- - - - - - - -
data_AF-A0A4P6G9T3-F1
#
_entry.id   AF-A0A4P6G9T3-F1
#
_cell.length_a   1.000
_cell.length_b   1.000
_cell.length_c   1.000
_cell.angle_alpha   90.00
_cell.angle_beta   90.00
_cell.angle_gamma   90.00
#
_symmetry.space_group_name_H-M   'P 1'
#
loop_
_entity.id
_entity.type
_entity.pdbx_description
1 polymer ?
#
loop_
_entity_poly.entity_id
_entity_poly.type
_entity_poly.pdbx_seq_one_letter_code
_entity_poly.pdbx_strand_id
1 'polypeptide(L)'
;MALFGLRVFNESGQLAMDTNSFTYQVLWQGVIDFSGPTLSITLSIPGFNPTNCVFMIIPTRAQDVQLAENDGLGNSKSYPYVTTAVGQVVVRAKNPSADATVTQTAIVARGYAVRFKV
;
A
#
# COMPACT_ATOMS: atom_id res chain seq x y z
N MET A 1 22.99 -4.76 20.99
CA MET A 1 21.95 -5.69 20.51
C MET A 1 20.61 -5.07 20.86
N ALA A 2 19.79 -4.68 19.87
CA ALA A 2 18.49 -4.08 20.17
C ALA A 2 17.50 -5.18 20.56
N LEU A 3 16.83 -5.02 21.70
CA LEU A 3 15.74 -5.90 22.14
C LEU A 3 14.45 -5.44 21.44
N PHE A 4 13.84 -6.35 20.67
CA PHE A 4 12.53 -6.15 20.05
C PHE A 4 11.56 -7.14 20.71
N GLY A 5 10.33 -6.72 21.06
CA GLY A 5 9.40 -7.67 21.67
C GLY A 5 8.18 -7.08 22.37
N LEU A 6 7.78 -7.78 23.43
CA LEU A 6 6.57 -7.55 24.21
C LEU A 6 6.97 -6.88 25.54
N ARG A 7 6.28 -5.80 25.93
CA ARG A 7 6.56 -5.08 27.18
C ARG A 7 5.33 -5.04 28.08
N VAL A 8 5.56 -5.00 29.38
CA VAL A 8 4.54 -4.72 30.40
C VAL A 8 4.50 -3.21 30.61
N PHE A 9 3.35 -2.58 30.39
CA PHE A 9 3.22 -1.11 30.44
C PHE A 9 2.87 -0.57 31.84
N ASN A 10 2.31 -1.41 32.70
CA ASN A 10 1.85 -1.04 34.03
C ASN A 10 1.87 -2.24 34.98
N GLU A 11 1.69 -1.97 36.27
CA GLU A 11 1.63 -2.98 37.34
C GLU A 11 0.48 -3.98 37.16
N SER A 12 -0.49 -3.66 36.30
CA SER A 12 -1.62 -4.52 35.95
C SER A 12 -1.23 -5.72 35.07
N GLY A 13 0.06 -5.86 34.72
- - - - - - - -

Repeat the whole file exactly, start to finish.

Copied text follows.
data_AF-A0A4P6G9T3-F1
#
_entry.id   AF-A0A4P6G9T3-F1
#
_cell.length_a   1.000
_cell.length_b   1.000
_cell.length_c   1.000
_cell.angle_alpha   90.00
_cell.angle_beta   90.00
_cell.angle_gamma   90.00
#
_symmetry.space_group_name_H-M   'P 1'
#
loop_
_entity.id
_entity.type
_entity.pdbx_description
1 polymer ?
#
loop_
_entity_poly.entity_id
_entity_poly.type
_entity_poly.pdbx_seq_one_letter_code
_entity_poly.pdbx_strand_id
1 'polypeptide(L)'
;MALFGLRVFNESGQLAMDTNSFTYQVLWQGVIDFSGPTLSITLSIPGFNPTNCVFMIIPTRAQDVQLAENDGLGNSKSYPYVTTAVGQVVVRAKNPSADATVTQTAIVARGYAVRFKV
;
A
#
# COMPACT_ATOMS: atom_id res chain seq x y z
N MET A 1 22.99 -4.76 20.99
CA MET A 1 21.95 -5.69 20.51
C MET A 1 20.61 -5.07 20.86
N ALA A 2 19.79 -4.68 19.87
CA ALA A 2 18.49 -4.08 20.17
C ALA A 2 17.50 -5.18 20.56
N LEU A 3 16.83 -5.02 21.70
CA LEU A 3 15.74 -5.90 22.14
C LEU A 3 14.45 -5.44 21.44
N PHE A 4 13.84 -6.35 20.67
CA PHE A 4 12.53 -6.15 20.05
C PHE A 4 11.56 -7.14 20.71
N GLY A 5 10.33 -6.72 21.06
CA GLY A 5 9.40 -7.67 21.67
C GLY A 5 8.18 -7.08 22.37
N LEU A 6 7.78 -7.78 23.43
CA LEU A 6 6.57 -7.55 24.21
C LEU A 6 6.97 -6.88 25.54
N ARG A 7 6.28 -5.80 25.93
CA ARG A 7 6.56 -5.08 27.18
C ARG A 7 5.33 -5.04 28.08
N VAL A 8 5.56 -5.00 29.38
CA VAL A 8 4.54 -4.72 30.40
C VAL A 8 4.50 -3.21 30.61
N PHE A 9 3.35 -2.58 30.39
CA PHE A 9 3.22 -1.11 30.44
C PHE A 9 2.87 -0.57 31.84
N ASN A 10 2.31 -1.41 32.70
CA ASN A 10 1.85 -1.04 34.03
C ASN A 10 1.87 -2.24 34.98
N GLU A 11 1.69 -1.97 36.27
CA GLU A 11 1.63 -2.98 37.34
C GLU A 11 0.48 -3.98 37.16
N SER A 12 -0.49 -3.66 36.30
CA SER A 12 -1.62 -4.52 35.95
C SER A 12 -1.23 -5.72 35.07
N GLY A 13 0.06 -5.86 34.72